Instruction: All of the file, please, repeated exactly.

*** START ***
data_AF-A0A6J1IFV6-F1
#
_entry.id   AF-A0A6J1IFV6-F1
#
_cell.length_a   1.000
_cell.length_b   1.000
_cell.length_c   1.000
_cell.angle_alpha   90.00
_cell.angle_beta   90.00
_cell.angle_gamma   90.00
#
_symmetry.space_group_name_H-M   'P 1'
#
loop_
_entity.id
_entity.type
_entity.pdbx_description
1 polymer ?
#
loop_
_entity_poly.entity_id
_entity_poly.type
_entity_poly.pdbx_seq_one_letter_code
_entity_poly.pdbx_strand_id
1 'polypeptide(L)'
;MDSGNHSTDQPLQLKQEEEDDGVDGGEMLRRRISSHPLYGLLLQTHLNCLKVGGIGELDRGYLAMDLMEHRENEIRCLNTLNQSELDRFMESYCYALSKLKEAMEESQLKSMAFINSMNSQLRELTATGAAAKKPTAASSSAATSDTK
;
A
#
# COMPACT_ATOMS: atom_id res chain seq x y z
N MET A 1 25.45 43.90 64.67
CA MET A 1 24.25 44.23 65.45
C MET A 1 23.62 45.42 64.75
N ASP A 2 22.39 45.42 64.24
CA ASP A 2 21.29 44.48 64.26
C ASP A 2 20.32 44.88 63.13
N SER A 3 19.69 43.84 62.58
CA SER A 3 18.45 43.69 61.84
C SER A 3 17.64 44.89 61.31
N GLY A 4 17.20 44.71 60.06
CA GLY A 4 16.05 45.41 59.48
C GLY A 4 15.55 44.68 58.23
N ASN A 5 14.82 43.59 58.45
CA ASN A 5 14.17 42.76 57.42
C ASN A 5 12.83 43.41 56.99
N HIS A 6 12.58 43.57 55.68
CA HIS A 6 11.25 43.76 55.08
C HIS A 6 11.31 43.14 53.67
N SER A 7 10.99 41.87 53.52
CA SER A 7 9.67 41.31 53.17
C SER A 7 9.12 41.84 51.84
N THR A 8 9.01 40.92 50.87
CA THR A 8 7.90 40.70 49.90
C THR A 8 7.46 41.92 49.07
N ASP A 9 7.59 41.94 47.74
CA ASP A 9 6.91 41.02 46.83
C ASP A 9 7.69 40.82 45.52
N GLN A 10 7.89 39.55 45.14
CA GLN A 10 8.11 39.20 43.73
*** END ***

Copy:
data_AF-A0A6J1IFV6-F1
#
_entry.id   AF-A0A6J1IFV6-F1
#
_cell.length_a   1.000
_cell.length_b   1.000
_cell.length_c   1.000
_cell.angle_alpha   90.00
_cell.angle_beta   90.00
_cell.angle_gamma   90.00
#
_symmetry.space_group_name_H-M   'P 1'
#
loop_
_entity.id
_entity.type
_entity.pdbx_description
1 polymer ?
#
loop_
_entity_poly.entity_id
_entity_poly.type
_entity_poly.pdbx_seq_one_letter_code
_entity_poly.pdbx_strand_id
1 'polypeptide(L)'
;MDSGNHSTDQPLQLKQEEEDDGVDGGEMLRRRISSHPLYGLLLQTHLNCLKVGGIGELDRGYLAMDLMEHRENEIRCLNTLNQSELDRFMESYCYALSKLKEAMEESQLKSMAFINSMNSQLRELTATGAAAKKPTAASSSAATSDTK
;
A
#
# COMPACT_ATOMS: atom_id res chain seq x y z
N MET A 1 25.45 43.90 64.67
CA MET A 1 24.25 44.23 65.45
C MET A 1 23.62 45.42 64.75
N ASP A 2 22.39 45.42 64.24
CA ASP A 2 21.29 44.48 64.26
C ASP A 2 20.32 44.88 63.13
N SER A 3 19.69 43.84 62.58
CA SER A 3 18.45 43.69 61.84
C SER A 3 17.64 44.89 61.31
N GLY A 4 17.20 44.71 60.06
CA GLY A 4 16.05 45.41 59.48
C GLY A 4 15.55 44.68 58.23
N ASN A 5 14.82 43.59 58.45
CA ASN A 5 14.17 42.76 57.42
C ASN A 5 12.83 43.41 56.99
N HIS A 6 12.58 43.57 55.68
CA HIS A 6 11.25 43.76 55.08
C HIS A 6 11.31 43.14 53.67
N SER A 7 10.99 41.87 53.52
CA SER A 7 9.67 41.31 53.17
C SER A 7 9.12 41.84 51.84
N THR A 8 9.01 40.92 50.87
CA THR A 8 7.90 40.70 49.90
C THR A 8 7.46 41.92 49.07
N ASP A 9 7.59 41.94 47.74
CA ASP A 9 6.91 41.02 46.83
C ASP A 9 7.69 40.82 45.52
N GLN A 10 7.89 39.55 45.14
CA GLN A 10 8.11 39.20 43.73